The Columbia Missouri National Education Association also opposes charter schools.

"We oppose measures that defund public schools by siphoning public funds to charter schools or tax vouchers. Furthermore, charter schools are not accountable to a community elected Board, nor are they required to serve every student, regardless of demographic or disability status. Taxpayer monies should go to our public schools!" Columbia MNEA President Noelle Gilzow said.

The bill, which includes many other statewide education reform policies, passed the Senate on Thursday and now heads to the House of Representatives.

Legislators are on Spring Break next week, but Toalson Reisch said she expects the bill to go to the House Education Committee soon after lawmakers return, and for it to move to the House floor within three-to-four weeks.

"I was in contact with the floor leader, Rep. John Patterson, this morning, and he said we will get this done and we will get it to the floor and get it passed," Toalson Reisch said.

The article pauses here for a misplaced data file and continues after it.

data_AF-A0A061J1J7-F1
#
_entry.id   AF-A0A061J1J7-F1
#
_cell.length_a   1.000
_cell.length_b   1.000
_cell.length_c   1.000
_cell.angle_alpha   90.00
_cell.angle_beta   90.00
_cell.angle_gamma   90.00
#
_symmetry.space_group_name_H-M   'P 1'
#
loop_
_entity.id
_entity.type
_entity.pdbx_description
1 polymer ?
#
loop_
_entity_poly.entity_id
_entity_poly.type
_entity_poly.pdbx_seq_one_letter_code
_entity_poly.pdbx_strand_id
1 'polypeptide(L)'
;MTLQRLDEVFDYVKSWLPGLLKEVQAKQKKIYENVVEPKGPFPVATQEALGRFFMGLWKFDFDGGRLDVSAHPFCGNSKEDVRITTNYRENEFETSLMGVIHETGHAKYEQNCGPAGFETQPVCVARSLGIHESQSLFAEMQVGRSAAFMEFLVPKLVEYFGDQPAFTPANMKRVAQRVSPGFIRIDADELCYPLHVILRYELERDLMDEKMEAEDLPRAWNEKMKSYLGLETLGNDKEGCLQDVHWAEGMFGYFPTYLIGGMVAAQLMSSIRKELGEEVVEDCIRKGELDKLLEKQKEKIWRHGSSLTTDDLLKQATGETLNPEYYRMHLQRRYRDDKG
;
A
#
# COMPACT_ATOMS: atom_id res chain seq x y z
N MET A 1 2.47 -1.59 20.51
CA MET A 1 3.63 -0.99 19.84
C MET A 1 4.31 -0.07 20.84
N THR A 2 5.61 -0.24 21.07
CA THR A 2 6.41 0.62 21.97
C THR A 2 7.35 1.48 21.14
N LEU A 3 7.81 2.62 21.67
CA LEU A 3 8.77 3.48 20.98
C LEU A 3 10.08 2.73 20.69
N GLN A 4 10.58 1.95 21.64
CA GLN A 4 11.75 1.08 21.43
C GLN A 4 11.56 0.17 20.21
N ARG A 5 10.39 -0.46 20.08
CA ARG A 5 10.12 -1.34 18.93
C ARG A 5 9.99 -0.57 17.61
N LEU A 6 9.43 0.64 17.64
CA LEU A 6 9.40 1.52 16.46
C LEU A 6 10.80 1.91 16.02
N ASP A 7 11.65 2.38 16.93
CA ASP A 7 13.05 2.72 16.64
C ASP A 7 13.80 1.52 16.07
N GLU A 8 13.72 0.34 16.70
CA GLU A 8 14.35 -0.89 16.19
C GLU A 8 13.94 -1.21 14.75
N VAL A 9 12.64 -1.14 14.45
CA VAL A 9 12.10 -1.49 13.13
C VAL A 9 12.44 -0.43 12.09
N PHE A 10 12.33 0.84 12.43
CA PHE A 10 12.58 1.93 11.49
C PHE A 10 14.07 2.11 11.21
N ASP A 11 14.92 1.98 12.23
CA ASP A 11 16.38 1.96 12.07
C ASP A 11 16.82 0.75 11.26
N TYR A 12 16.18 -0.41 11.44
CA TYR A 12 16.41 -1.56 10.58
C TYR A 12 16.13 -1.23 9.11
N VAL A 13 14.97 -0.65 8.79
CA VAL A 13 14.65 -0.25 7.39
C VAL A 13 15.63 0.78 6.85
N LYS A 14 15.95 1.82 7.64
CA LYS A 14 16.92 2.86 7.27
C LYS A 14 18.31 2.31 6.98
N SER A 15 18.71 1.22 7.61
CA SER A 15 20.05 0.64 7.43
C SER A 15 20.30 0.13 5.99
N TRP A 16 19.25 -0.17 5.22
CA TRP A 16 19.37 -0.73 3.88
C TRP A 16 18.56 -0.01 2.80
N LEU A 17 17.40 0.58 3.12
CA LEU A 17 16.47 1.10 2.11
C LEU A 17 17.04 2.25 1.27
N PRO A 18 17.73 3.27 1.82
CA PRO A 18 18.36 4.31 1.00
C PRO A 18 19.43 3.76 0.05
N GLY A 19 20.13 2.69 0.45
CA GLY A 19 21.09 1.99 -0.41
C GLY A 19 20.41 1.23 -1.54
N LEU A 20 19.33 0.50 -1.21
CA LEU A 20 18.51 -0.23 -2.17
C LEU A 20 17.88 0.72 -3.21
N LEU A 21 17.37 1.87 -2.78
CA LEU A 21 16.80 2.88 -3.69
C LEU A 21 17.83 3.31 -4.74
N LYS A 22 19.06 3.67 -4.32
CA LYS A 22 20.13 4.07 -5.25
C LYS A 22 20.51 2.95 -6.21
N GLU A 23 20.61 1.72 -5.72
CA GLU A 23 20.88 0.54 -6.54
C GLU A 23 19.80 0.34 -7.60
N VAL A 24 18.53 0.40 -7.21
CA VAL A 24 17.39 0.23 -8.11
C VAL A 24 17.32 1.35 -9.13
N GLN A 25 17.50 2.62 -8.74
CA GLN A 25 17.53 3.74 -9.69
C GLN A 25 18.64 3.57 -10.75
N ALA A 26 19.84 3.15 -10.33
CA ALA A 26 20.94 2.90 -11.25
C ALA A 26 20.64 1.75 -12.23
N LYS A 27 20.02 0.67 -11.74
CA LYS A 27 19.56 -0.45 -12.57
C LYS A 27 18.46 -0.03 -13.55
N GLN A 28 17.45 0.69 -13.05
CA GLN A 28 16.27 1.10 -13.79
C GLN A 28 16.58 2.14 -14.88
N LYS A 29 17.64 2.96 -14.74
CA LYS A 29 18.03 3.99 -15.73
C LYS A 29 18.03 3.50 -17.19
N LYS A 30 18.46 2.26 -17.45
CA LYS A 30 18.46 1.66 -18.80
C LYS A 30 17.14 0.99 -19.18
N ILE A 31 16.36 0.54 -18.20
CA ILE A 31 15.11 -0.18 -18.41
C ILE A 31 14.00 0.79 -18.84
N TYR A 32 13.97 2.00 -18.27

The legislative session ends May 17.

The Senate Bill was supported by State Sen. Caleb Rowden (R-Columbia). He told ABC 17 News in December that education reform is very important to him this legislative session, and he would like to see charter schools in Boone County.

"I personally would love to see the expansion of charter schools in Missouri, outside of just St. Louis and Kansas City," Rowden said. "I certainly would love to see one or two in Columbia, I think that would be a huge benefit to Boone County."

Waters said CPS is meeting with legislators and community leaders to try to inform people how this bill would cost Boone County residents.

She said while most of the education policies in the bill are beneficial, it will do more harm than good for Boone County.

"This legislation is like a big cake, and one piece of the cake has a big dead mouse in it," Waters said. "If you're not the school district that has the piece of cake that has the dead mouse in it, you don't care. You're just getting cake. But Boone County gets the piece of cake that has the dead mouse in it, and we don't want that."

Article Topic Follows: Missouri Politics

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Morgan Buresh

Morgan is an evening anchor and reporter who came to ABC 17 News in April 2023.